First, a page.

HFT To Come Under Finra Oversight
The U.S. Securities and Exchange commission has taken the position that firms engaged in high frequency trading across trading venues should be subject to Finra regulation, including broker-dealer examinations, broker-dealer disclosures and rules governing broker-dealer conduct.
Under an existing rule, high-frequency traders that engage in off-exchange trading for their own accounts typically are exempt from Finra registration. The SEC last week proposed amending this rule to limit the exemption to broker-dealers who execute off-exchange transactions solely for the purpose of hedging the risks of floor-based trading activity, or based on orders routed by a national securities exchange.
“The SEC’s desire to make high frequency traders register with Finra, an industry-funded regulator of brokers that is overseen by the SEC, is getting nearer to becoming a reality,” Walter Ferstand, regulatory compliance expert at NICE Actimize, told Markets Media. “The SEC proposal still needs another vote, but this measure is an important one that could ultimately boost regulators’ ability to monitor markets for potential fraud and abuse.”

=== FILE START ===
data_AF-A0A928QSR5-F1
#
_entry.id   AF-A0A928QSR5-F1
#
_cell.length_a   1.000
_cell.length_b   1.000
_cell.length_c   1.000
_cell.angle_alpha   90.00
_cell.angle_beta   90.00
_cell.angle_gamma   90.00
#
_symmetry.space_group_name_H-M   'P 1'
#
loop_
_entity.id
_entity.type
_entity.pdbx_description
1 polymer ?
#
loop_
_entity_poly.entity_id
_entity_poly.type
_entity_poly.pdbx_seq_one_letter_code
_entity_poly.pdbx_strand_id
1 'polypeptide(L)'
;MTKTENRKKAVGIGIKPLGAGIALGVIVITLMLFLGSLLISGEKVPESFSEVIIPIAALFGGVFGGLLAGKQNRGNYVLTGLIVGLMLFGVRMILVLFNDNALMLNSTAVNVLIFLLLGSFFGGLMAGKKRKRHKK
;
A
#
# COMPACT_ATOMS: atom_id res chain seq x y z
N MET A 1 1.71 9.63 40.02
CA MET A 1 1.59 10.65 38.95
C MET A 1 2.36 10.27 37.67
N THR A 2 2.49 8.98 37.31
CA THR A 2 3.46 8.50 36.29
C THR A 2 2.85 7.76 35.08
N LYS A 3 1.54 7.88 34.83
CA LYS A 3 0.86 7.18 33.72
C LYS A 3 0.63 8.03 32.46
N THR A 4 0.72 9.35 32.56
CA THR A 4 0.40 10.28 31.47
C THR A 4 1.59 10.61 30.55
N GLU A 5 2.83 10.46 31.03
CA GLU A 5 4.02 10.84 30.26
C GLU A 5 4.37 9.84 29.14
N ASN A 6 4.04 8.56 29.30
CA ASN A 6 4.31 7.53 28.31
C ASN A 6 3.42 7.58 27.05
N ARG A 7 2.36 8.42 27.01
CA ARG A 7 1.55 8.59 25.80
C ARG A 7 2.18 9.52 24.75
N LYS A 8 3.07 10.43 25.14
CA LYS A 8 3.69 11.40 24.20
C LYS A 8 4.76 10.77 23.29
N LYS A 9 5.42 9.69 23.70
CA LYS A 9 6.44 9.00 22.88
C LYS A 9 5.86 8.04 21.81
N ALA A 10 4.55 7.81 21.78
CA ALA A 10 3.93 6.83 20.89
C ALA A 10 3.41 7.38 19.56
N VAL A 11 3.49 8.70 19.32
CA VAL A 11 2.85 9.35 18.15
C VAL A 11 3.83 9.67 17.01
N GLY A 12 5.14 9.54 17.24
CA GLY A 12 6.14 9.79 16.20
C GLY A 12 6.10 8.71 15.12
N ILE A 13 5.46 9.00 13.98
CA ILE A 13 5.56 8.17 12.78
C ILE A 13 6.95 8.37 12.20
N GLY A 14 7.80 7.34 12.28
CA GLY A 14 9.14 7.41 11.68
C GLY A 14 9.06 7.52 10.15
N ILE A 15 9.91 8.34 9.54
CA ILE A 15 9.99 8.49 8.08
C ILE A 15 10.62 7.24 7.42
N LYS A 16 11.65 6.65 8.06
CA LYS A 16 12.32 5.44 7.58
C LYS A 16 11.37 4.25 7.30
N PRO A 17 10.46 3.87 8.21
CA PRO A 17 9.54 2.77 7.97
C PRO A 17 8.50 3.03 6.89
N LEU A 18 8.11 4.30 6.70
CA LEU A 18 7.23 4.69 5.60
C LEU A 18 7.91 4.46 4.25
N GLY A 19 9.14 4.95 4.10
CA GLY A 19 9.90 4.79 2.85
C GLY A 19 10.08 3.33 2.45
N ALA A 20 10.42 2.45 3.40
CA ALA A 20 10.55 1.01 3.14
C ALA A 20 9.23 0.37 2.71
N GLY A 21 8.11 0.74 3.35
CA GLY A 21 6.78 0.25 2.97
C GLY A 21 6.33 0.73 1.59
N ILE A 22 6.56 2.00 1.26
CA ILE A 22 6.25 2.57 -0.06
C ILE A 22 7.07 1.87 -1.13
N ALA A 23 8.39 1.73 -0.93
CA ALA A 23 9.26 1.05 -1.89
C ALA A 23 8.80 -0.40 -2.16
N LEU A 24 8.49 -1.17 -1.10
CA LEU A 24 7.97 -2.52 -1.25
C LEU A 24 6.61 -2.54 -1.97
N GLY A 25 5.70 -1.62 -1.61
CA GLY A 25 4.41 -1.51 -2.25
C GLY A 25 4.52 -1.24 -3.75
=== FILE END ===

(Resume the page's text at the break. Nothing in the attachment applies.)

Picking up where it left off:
The measure would significantly strengthen regulatory oversight over active proprietary trading firms and the strategies they regularly use. “This is a great step forward and a big plus for Finra to increase their regulatory oversight within the industry,” said Ferstand.
SEC Chairman Mary Jo White, who signaled the move in a June 2014 speech on market structure, “continues to demonstrate that she is a ‘bull’ in the regulatory arena and wants to carry out an aggressive bold strategy,” Ferstand said.
This latest push from the SEC is part of the new regulatory landscape that has been created since the 2008 financial crisis. The Dodd-Frank whistleblowing rule, for example, has resulted in heightened supervision both internally at the firm level, as well as externally by regulators. “All these efforts together should encourage a better regulated, transparent marketplace,” Ferstand said.
The SEC action would affect more than 125 unregulated firms, many of them high-frequency traders – making up a large degree of market activity, according to Ferstand.
“While it would be nearly impossible to put a deadline on when all this could be finalized, the wheels are turning for further oversight on high frequency trading firms,” he said. “We can’t help but agree that this move is important, and would improve the integrity of the market place. While this has been a debated topic for a number of years, the SEC vote and push demonstrated the need to have an SRO like Finra maintain oversight.”
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